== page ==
Imagine that you owed your bank or landlord a lot of money. Now imagine that said bank or landlord decided to buy you out. That’s what happened Monday (Feb. 3) as two top mall owners and a brand management company gathered together to buy troubled retailer Forever 21 at the discount price of $81 million.
The retail chain — which filed for bankruptcy in September — said in a court filing Sunday it reached an agreement with Simon Property Group, Brookfield Property Partners and Authentic Brands Group. The sale of Forever 21’s assets includes its side brands, such as beauty store Riley Rose, and its eCommerce platforms, according to the filing.
Because of the bankruptcy filing the move isn’t a shock. But it begs the question: Why would the landlords buy the tenant? Neither Simon nor Brookfield has commented specifically. But speculation around the buyout deal says it was made to stop Forever 21 from shutting its mall stores, many of which are anchor tenants. So it makes sense that the landlords are keeping it open, especially at $81 million.
The deal focuses yet another harsh light on mall-based shopping. Overall foot traffic numbers are dropping. A recent UBS survey of 2,500 consumers, found that the percentage of respondents who go to a mall specifically to shop at a department store fell from 25 percent a year ago to only 20 percent now.
“Shoppers say they increasingly go to the mall to eat at the food court or just hang out instead of visiting a big box store,” UBS analyst Jay Sole told The Motley Fool. “Since the mall is no longer the place consumers discover fashion, it makes sense the reasons they visit the mall are changing.” The number of consumers who specifically go to the mall to eat is still only a modest 7 percent, though that’s up from 4 percent at this time last year.
The mall problem has been compounded by bad results from those anchor tenants, of which Forever 21 will remain. Macy’s, JCPenney’s, Kohl’s and Victoria’s Secret did not keep up with positive spending trends over the holiday season. Part of the problem is the general mall malaise that has been exacerbated by department store sales drops, eCommerce market share and the Amazon effect. Some of the problem can be laid at the feet of steep discounting.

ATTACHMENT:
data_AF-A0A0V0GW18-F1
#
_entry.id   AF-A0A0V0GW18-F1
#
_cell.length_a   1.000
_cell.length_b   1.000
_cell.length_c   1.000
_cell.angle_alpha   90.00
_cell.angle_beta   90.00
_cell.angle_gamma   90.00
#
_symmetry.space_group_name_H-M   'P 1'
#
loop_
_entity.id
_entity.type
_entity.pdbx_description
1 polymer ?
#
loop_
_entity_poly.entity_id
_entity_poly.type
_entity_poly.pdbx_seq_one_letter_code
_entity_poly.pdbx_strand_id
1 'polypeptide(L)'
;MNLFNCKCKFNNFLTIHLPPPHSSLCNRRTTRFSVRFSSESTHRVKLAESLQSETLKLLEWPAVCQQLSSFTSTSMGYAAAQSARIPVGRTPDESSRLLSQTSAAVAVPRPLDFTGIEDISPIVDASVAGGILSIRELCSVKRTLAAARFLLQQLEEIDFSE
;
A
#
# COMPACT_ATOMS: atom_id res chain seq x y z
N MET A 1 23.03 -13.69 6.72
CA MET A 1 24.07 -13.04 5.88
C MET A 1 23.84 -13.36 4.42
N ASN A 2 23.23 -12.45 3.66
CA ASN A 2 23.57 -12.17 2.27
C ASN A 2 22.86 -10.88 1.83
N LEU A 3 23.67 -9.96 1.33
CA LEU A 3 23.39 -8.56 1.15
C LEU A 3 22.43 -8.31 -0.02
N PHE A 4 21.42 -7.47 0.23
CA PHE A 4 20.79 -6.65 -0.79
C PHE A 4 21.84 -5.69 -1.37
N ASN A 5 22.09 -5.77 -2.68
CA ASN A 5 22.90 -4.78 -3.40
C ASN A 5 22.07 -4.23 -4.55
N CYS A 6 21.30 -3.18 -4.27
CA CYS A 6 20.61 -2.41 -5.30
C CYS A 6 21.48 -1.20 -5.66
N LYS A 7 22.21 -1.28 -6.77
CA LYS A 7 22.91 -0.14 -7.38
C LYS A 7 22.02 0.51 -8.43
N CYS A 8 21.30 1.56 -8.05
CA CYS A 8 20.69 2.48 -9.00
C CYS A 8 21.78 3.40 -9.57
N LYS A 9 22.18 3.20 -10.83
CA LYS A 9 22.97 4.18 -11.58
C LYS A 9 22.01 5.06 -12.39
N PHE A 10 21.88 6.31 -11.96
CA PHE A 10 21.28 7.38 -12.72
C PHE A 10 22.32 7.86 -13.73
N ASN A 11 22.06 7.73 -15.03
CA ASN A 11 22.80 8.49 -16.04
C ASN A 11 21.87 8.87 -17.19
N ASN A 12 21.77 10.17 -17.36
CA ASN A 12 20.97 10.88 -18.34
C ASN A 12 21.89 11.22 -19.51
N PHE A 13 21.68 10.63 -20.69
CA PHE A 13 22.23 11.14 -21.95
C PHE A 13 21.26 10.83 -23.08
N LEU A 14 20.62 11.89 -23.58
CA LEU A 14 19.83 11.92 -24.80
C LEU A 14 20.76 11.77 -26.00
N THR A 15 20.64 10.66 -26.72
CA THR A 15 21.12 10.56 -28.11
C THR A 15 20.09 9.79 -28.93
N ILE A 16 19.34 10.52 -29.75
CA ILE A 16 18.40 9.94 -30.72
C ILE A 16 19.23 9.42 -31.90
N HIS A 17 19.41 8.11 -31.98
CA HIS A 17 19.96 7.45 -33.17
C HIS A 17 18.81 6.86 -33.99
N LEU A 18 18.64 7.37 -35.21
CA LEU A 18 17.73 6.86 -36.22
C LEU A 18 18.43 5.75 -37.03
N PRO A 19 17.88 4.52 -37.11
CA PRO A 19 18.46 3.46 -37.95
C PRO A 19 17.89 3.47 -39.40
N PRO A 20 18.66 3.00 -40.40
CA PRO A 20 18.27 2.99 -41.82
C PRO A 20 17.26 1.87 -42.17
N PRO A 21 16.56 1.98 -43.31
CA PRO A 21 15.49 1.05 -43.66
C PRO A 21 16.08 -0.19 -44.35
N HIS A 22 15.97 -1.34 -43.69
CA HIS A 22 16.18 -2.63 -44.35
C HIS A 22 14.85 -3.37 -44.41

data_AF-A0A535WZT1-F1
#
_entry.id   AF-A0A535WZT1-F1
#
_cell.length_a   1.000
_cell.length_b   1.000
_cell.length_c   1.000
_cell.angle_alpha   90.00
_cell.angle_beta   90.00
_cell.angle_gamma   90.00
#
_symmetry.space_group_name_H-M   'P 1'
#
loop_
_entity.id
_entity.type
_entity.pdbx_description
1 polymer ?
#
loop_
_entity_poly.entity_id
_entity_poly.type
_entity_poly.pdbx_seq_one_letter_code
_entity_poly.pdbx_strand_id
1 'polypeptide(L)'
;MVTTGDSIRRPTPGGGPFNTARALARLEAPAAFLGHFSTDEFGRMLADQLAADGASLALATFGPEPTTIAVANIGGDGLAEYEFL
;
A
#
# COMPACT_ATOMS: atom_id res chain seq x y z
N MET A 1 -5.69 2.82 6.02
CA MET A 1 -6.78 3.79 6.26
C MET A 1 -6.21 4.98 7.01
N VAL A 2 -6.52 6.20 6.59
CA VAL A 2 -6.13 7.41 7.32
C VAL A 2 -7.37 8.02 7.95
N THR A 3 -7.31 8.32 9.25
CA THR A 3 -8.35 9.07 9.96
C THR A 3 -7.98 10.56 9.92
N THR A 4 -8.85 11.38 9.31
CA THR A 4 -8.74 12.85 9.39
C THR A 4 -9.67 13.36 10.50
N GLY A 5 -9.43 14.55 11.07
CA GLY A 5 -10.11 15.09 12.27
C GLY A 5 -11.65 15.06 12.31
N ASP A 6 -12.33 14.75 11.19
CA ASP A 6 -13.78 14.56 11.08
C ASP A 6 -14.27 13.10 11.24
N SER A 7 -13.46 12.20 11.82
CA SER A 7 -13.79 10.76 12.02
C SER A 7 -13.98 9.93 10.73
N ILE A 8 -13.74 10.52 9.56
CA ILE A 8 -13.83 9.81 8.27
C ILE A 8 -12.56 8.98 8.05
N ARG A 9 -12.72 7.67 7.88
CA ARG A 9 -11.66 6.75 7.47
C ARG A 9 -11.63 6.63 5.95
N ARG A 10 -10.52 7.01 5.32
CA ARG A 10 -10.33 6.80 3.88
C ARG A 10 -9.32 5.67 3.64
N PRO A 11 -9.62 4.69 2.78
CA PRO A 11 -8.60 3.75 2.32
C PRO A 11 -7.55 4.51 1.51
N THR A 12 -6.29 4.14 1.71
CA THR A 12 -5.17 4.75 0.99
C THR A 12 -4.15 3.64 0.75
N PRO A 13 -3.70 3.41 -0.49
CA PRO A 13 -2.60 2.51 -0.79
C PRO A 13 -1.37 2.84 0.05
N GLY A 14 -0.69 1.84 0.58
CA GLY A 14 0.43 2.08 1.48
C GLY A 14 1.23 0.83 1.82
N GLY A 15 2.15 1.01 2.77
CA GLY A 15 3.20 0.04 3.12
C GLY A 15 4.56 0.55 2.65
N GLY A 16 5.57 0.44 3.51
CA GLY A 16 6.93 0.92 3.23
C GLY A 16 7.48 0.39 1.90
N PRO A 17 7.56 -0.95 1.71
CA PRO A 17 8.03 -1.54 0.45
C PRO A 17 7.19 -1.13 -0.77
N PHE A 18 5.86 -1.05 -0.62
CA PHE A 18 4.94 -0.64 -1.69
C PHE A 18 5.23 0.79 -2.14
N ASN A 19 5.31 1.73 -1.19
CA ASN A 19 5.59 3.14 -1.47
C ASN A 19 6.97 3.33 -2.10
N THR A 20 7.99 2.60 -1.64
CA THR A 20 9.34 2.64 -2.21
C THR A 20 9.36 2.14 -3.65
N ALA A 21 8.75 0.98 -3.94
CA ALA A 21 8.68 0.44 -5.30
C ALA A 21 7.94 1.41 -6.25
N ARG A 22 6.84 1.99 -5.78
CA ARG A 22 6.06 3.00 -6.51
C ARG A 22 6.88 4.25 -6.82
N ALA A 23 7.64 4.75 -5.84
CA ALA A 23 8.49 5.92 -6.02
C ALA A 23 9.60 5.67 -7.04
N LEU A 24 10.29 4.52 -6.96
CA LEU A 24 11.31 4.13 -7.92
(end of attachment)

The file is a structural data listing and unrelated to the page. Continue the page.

Poonam Goyal, an analyst with Bloomberg Intelligence, told the LA Times, “The deals we saw on designer product (on down) were shocking and reflected the extent of dislocation, particularly in the department store segment, which carried over to select mall-based retailers and online retailers as well that were forced to compete on price for the same merchandise.”
Outside of purchasing the problem, as Simon and Brookfield did, some new thinking has developed around malls, not surprisingly from developers that are not ready to give up the concept. In fact, Dallas-based mall developer EMJ Construction recently published its three factors for mall success in the current market. Its first tenet is to “Think like a theme park,” recognizing that customers are seeking an experience complete with coordinated themes. Second, “Think outside the [big] box,” as malls can gain value by replacing vacant big-box anchor stores with open-air environments that create a sense of place. And finally, “Think two steps ahead,” with a maintenance budget and upgrades that allow for anticipating the next move.
“Because times have changed, the mall is no longer the center of the retail universe,” says Jacob Wadlington, business development director with EMJ Construction. “However, with a strategic vision and commitment, they can remain a viable destination with great potential.”
From any view, malls are changing. The future of them probably lies somewhere between the Forever 21 buyout and the strategy laid out by EMJ. But anchor tenants are for the most part not healthy right now. Until that situation is sorted, expect more closures and buyouts as the one-time center of retailing adjusts to a new status as a destination.